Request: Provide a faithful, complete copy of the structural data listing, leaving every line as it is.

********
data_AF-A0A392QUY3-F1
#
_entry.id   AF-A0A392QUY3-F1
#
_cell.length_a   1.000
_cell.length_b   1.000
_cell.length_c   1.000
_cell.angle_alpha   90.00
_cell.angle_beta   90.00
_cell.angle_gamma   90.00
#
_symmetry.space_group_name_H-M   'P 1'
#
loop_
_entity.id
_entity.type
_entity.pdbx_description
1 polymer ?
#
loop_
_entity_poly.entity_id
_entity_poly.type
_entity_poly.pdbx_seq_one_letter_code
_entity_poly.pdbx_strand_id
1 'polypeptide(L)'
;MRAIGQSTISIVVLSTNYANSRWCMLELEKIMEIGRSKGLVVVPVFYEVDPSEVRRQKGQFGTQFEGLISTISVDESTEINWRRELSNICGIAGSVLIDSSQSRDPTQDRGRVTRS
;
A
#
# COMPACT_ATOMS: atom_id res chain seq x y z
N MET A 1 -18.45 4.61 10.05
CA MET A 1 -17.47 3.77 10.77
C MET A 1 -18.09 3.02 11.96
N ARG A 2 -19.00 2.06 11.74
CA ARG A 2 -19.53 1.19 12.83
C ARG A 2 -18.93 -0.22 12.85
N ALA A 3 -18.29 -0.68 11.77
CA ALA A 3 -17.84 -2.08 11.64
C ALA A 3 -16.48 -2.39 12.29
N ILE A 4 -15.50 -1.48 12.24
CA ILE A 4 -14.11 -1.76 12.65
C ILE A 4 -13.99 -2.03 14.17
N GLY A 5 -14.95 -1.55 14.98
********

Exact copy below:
data_AF-A0A392QUY3-F1
#
_entry.id   AF-A0A392QUY3-F1
#
_cell.length_a   1.000
_cell.length_b   1.000
_cell.length_c   1.000
_cell.angle_alpha   90.00
_cell.angle_beta   90.00
_cell.angle_gamma   90.00
#
_symmetry.space_group_name_H-M   'P 1'
#
loop_
_entity.id
_entity.type
_entity.pdbx_description
1 polymer ?
#
loop_
_entity_poly.entity_id
_entity_poly.type
_entity_poly.pdbx_seq_one_letter_code
_entity_poly.pdbx_strand_id
1 'polypeptide(L)'
;MRAIGQSTISIVVLSTNYANSRWCMLELEKIMEIGRSKGLVVVPVFYEVDPSEVRRQKGQFGTQFEGLISTISVDESTEINWRRELSNICGIAGSVLIDSSQSRDPTQDRGRVTRS
;
A
#
# COMPACT_ATOMS: atom_id res chain seq x y z
N MET A 1 -18.45 4.61 10.05
CA MET A 1 -17.47 3.77 10.77
C MET A 1 -18.09 3.02 11.96
N ARG A 2 -19.00 2.06 11.74
CA ARG A 2 -19.53 1.19 12.83
C ARG A 2 -18.93 -0.22 12.85
N ALA A 3 -18.29 -0.68 11.77
CA ALA A 3 -17.84 -2.08 11.64
C ALA A 3 -16.48 -2.39 12.29
N ILE A 4 -15.50 -1.48 12.24
CA ILE A 4 -14.11 -1.76 12.65
C ILE A 4 -13.99 -2.03 14.17
N GLY A 5 -14.95 -1.55 14.98